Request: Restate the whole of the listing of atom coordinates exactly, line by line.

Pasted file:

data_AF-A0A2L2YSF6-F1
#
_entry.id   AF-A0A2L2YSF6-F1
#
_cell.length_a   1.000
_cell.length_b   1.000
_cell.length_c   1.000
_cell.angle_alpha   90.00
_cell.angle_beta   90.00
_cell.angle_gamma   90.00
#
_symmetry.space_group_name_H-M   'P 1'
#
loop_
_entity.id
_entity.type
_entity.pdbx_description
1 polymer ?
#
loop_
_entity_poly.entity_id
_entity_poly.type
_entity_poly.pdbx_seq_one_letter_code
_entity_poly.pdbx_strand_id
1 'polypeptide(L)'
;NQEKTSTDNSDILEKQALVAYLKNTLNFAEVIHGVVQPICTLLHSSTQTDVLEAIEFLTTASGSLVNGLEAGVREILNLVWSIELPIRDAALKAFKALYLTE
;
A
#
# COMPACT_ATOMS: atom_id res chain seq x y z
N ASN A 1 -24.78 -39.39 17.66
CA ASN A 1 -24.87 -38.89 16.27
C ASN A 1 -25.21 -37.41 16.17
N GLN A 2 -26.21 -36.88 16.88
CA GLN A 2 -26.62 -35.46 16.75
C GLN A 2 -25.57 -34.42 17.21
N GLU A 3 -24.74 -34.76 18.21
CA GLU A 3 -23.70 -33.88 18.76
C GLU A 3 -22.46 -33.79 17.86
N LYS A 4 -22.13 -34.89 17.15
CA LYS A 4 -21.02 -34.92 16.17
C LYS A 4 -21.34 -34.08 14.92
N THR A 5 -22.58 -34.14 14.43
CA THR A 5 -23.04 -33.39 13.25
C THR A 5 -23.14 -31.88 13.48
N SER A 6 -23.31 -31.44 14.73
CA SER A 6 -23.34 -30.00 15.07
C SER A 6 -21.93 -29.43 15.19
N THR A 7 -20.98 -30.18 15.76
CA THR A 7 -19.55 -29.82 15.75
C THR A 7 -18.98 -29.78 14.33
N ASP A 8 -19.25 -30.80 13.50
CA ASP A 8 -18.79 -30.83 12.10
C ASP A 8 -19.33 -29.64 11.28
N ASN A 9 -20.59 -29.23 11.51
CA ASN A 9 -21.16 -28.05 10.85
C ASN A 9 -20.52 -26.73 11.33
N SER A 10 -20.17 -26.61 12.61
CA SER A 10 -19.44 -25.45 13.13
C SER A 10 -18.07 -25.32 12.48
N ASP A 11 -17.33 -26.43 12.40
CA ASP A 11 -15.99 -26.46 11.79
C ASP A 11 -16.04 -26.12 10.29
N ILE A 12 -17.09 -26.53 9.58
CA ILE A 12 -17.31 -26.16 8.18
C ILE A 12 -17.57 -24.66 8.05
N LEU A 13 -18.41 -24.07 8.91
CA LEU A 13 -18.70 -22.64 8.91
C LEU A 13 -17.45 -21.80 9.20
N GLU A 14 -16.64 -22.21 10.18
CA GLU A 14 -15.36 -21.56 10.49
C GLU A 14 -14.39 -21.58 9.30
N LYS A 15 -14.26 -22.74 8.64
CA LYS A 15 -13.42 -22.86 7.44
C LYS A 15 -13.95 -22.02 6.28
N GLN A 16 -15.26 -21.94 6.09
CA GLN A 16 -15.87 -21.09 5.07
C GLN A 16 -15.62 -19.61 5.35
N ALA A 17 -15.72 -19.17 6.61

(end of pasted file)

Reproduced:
data_AF-A0A2L2YSF6-F1
#
_entry.id   AF-A0A2L2YSF6-F1
#
_cell.length_a   1.000
_cell.length_b   1.000
_cell.length_c   1.000
_cell.angle_alpha   90.00
_cell.angle_beta   90.00
_cell.angle_gamma   90.00
#
_symmetry.space_group_name_H-M   'P 1'
#
loop_
_entity.id
_entity.type
_entity.pdbx_description
1 polymer ?
#
loop_
_entity_poly.entity_id
_entity_poly.type
_entity_poly.pdbx_seq_one_letter_code
_entity_poly.pdbx_strand_id
1 'polypeptide(L)'
;NQEKTSTDNSDILEKQALVAYLKNTLNFAEVIHGVVQPICTLLHSSTQTDVLEAIEFLTTASGSLVNGLEAGVREILNLVWSIELPIRDAALKAFKALYLTE
;
A
#
# COMPACT_ATOMS: atom_id res chain seq x y z
N ASN A 1 -24.78 -39.39 17.66
CA ASN A 1 -24.87 -38.89 16.27
C ASN A 1 -25.21 -37.41 16.17
N GLN A 2 -26.21 -36.88 16.88
CA GLN A 2 -26.62 -35.46 16.75
C GLN A 2 -25.57 -34.42 17.21
N GLU A 3 -24.74 -34.76 18.21
CA GLU A 3 -23.70 -33.88 18.76
C GLU A 3 -22.46 -33.79 17.86
N LYS A 4 -22.13 -34.89 17.15
CA LYS A 4 -21.02 -34.92 16.17
C LYS A 4 -21.34 -34.08 14.92
N THR A 5 -22.58 -34.14 14.43
CA THR A 5 -23.04 -33.39 13.25
C THR A 5 -23.14 -31.88 13.48
N SER A 6 -23.31 -31.44 14.73
CA SER A 6 -23.34 -30.00 15.07
C SER A 6 -21.93 -29.43 15.19
N THR A 7 -20.98 -30.18 15.76
CA THR A 7 -19.55 -29.82 15.75
C THR A 7 -18.98 -29.78 14.33
N ASP A 8 -19.25 -30.80 13.50
CA ASP A 8 -18.79 -30.83 12.10
C ASP A 8 -19.33 -29.64 11.28
N ASN A 9 -20.59 -29.23 11.51
CA ASN A 9 -21.16 -28.05 10.85
C ASN A 9 -20.52 -26.73 11.33
N SER A 10 -20.17 -26.61 12.61
CA SER A 10 -19.44 -25.45 13.13
C SER A 10 -18.07 -25.32 12.48
N ASP A 11 -17.33 -26.43 12.40
CA ASP A 11 -15.99 -26.46 11.79
C ASP A 11 -16.04 -26.12 10.29
N ILE A 12 -17.09 -26.53 9.58
CA ILE A 12 -17.31 -26.16 8.18
C ILE A 12 -17.57 -24.66 8.05
N LEU A 13 -18.41 -24.07 8.91
CA LEU A 13 -18.70 -22.64 8.91
C LEU A 13 -17.45 -21.80 9.20
N GLU A 14 -16.64 -22.21 10.18
CA GLU A 14 -15.36 -21.56 10.49
C GLU A 14 -14.39 -21.58 9.30
N LYS A 15 -14.26 -22.74 8.64
CA LYS A 15 -13.42 -22.86 7.44
C LYS A 15 -13.95 -22.02 6.28
N GLN A 16 -15.26 -21.94 6.09
CA GLN A 16 -15.87 -21.09 5.07
C GLN A 16 -15.62 -19.61 5.35
N ALA A 17 -15.72 -19.17 6.61